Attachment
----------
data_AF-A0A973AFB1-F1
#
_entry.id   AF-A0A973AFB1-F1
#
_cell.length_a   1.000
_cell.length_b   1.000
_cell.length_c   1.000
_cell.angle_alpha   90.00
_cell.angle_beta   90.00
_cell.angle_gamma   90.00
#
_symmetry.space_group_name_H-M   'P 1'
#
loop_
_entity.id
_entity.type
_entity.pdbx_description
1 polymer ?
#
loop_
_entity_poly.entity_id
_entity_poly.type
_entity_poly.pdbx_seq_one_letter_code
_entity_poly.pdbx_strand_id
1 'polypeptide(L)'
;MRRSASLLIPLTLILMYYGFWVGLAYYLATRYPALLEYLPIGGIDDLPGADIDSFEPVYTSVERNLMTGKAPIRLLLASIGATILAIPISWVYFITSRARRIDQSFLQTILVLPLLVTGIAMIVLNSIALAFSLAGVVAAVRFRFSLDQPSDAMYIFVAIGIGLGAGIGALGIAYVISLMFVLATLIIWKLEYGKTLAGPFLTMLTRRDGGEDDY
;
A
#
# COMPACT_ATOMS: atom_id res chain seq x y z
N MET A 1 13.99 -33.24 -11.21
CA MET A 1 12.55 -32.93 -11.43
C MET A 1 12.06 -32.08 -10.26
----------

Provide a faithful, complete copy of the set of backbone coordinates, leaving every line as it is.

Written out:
data_AF-A0A973AFB1-F1
#
_entry.id   AF-A0A973AFB1-F1
#
_cell.length_a   1.000
_cell.length_b   1.000
_cell.length_c   1.000
_cell.angle_alpha   90.00
_cell.angle_beta   90.00
_cell.angle_gamma   90.00
#
_symmetry.space_group_name_H-M   'P 1'
#
loop_
_entity.id
_entity.type
_entity.pdbx_description
1 polymer ?
#
loop_
_entity_poly.entity_id
_entity_poly.type
_entity_poly.pdbx_seq_one_letter_code
_entity_poly.pdbx_strand_id
1 'polypeptide(L)'
;MRRSASLLIPLTLILMYYGFWVGLAYYLATRYPALLEYLPIGGIDDLPGADIDSFEPVYTSVERNLMTGKAPIRLLLASIGATILAIPISWVYFITSRARRIDQSFLQTILVLPLLVTGIAMIVLNSIALAFSLAGVVAAVRFRFSLDQPSDAMYIFVAIGIGLGAGIGALGIAYVISLMFVLATLIIWKLEYGKTLAGPFLTMLTRRDGGEDDY
;
A
#
# COMPACT_ATOMS: atom_id res chain seq x y z
N MET A 1 13.99 -33.24 -11.21
CA MET A 1 12.55 -32.93 -11.43
C MET A 1 12.06 -32.08 -10.26